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I confess one baptism for the remission of sins

The way of entry into the Chris­t­ian Church is by bap­tism in the name of the Father and of the Son and of the Holy Spir­it (Mt 28:19; the Bap­tismal Gospel read­ing in the Ortho­dox Church).

Bap­tism as a word means immer­sion or sub­mer­sion in water. It was prac­ticed in the Old Tes­ta­ment and even in some pagan reli­gions as the sign of death and re-birth. Thus, John the Bap­tist was bap­tiz­ing as the sign of new life and repen­tance which means lit­er­al­ly a change of mind, and so of desires and actions in prepa­ra­tion of the com­ing of the King­dom of God in Christ.

In the Church, the mean­ing of bap­tism is death and rebirth in Christ. It is the per­son­al expe­ri­ence of East­er giv­en to each man, the real pos­si­bil­i­ty to die and to be “born anew” (Jn 3:3).

Do you not know that all of us who have been bap­tized into Christ Jesus were bap­tized into his death? We were buried there­fore with him by bap­tism into death, so that as Christ was raised from the dead by the glo­ry of the Father, we too might walk in new­ness of life. For if we have been unit­ed with him in a death like his, we shall cer­tain­ly be unit­ed with him in a res­ur­rec­tion like his (Rom 6:3–5; Bap­tismal Epis­tle read­ing in the Ortho­dox Church; See also Col 2:12; 3:1).

The bap­tismal expe­ri­ence is the fun­da­men­tal Chris­t­ian expe­ri­ence, the pri­ma­ry con­di­tion for the whole of Chris­t­ian life. Every­thing in the Church has its ori­gin and con­text in bap­tism for every­thing in the Church orig­i­nates and lives by the res­ur­rec­tion of Christ. Thus, fol­low­ing bap­tism comes “the seal of the gift of the Holy Spir­it,” the mys­tery (sacra­ment) of chris­ma­tion which is man’s per­son­al expe­ri­ence of Pen­te­cost. And the com­ple­tion and ful­fill­ment of these fun­da­men­tal Chris­t­ian mys­ter­ies comes in the mys­tery of Holy Com­mu­nion with God in the divine litur­gy of the Church.

Only per­sons who are com­mit­ted to Christ in the Ortho­dox Church through bap­tism and chris­ma­tion may offer and receive the holy eucharist in the Ortho­dox Church. The holy eucharist is Holy Com­mu­nion. As such it is not just a “means of sanc­ti­fi­ca­tion” for indi­vid­ual believ­ers, a means through which pri­vate per­sons gain “com­mu­nion” with God accord­ing to their own pri­vate con­sciences, beliefs and prac­tices. It is rather the all-embrac­ing act of Holy Com­mu­nion of many per­sons hav­ing the same faith, the same hope, the same bap­tism. It is the cor­po­rate act of many per­sons hav­ing one mind, one heart, one mouth in the ser­vice of the one God and Lord, in the one Christ and the one Holy Spirit.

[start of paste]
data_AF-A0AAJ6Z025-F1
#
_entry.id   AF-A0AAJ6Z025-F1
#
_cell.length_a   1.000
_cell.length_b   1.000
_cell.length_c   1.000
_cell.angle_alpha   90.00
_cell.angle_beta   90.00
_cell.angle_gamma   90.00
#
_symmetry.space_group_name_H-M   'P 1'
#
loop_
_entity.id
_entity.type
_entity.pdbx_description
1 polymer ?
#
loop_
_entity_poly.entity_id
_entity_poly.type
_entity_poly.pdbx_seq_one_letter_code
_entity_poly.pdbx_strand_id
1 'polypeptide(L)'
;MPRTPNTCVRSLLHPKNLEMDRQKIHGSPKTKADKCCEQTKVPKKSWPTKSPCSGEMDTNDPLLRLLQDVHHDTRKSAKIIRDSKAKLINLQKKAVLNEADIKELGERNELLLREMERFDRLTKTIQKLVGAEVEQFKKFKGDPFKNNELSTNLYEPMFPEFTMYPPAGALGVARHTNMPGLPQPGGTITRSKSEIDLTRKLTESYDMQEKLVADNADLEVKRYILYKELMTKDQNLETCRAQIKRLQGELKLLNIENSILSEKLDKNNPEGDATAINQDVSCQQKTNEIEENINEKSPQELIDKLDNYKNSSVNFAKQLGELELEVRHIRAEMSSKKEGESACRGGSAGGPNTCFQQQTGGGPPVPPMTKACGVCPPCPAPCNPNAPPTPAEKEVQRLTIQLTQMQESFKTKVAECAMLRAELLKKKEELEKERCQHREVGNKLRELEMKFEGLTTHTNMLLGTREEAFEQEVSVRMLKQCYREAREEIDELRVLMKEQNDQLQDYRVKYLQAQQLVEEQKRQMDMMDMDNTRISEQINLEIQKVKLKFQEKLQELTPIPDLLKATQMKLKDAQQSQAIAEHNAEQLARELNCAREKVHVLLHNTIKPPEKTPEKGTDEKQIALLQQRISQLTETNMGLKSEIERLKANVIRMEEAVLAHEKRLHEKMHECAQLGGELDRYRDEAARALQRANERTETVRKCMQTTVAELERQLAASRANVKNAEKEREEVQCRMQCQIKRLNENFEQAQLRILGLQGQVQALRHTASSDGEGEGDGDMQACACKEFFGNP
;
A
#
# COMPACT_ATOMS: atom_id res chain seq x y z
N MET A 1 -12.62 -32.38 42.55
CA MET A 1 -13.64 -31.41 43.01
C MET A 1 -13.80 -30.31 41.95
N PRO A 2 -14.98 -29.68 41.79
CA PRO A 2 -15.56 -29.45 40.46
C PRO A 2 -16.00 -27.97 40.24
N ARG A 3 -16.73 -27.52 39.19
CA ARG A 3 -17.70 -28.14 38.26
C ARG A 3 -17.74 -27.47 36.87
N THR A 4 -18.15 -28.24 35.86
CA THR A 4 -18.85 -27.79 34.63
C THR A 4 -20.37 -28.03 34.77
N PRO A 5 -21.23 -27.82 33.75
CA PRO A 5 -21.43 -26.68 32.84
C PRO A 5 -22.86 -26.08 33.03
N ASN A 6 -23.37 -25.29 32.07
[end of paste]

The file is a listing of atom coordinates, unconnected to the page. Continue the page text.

To par­tic­i­pate in Holy Com­mu­nion in the Ortho­dox Church is to iden­ti­fy one­self ful­ly with all of the mem­bers of the Ortho­dox faith, liv­ing and dead; and to iden­ti­fy one­self ful­ly with every aspect of the Ortho­dox Church: its his­to­ry, coun­cils, canons, dog­mas, dis­ci­plines. It is to “take on one­self” the direct and con­crete respon­si­bil­i­ty for every­one and every­thing con­nect­ed in and with the Ortho­dox tra­di­tion and to pro­fess respon­si­bil­i­ty for the every­day life of the Ortho­dox Church. It is to say before God and men that one is will­ing to be judged, in time and eter­ni­ty, for what the Ortho­dox Church is and for what the Ortho­dox Church stands for in the midst of the earth.

Enter­ing into the “Holy Com­mu­nion” of the Ortho­dox Church through bap­tism and chris­ma­tion, one lives accord­ing to the life of the Church in every pos­si­ble way. One is first of all faith­ful to the doc­trine and dis­ci­pline of the Church by faith­ful com­mu­nion with the hier­ar­chy of the Church who are those mem­bers of the Body sacra­men­tal­ly respon­si­ble for the teach­ings and prac­tices of the Church; the sacra­men­tal images of the Church’s iden­ti­ty and con­ti­nu­ity in all places and all times. When one enters into the com­mu­ni­ty of mar­riage, a union of one man and one woman for­ev­er accord­ing to the teach­ing of Jesus Christ, this union is sanc­ti­fied and made eter­nal and divine in the sacra­men­tal mys­tery of mat­ri­mo­ny in the Church. When one is sick and suf­fer­ing, he “calls for the priests of the Church” to “pray over him, anoint­ing him with oil” in the sacra­men­tal mys­tery of holy unc­tion (cf. Jas 5:4). When one sins and falls away from the life of the Church, one returns to the “Holy Com­mu­nion” of the divine com­mu­ni­ty by the sacra­men­tal mys­tery of con­fes­sion and repen­tance. And when one dies, he is returned to his Cre­ator in the midst of the Church, with the prayers and inter­ces­sions of the faith­ful broth­ers and sis­ters in Christ and the Spir­it. Thus the entire life of the per­son is lived in and with the Church as the life of full­ness and new­ness in God Him­self, the Church which is the mys­ti­cal pres­ence of God’s King­dom which is not of this world.

The con­fes­sion of “one bap­tism for the remis­sion of sins,” there­fore, is the con­fes­sion of the total new­ness of life giv­en to men in the Church because Christ is risen.

If then you have been raised with Christ, seek the things that are above, where Christ is, seat­ed at the right hand of God. Set your minds on things that are above, not on things that are on earth. For you have died and your life is hid with Christ in God. When Christ who is our life appears, then you also will appear with Him in glo­ry (Col 3:1–4).

Thus, in the Church, the whole of life is the one which begins in the new birth of bap­tism, the “life hid with Christ in God.” All of the mys­ter­ies of the Chris­t­ian faith are con­tained in this new life. Every­thing in the Church flows out of the waters of bap­tism: the remis­sion of sins and life eternal.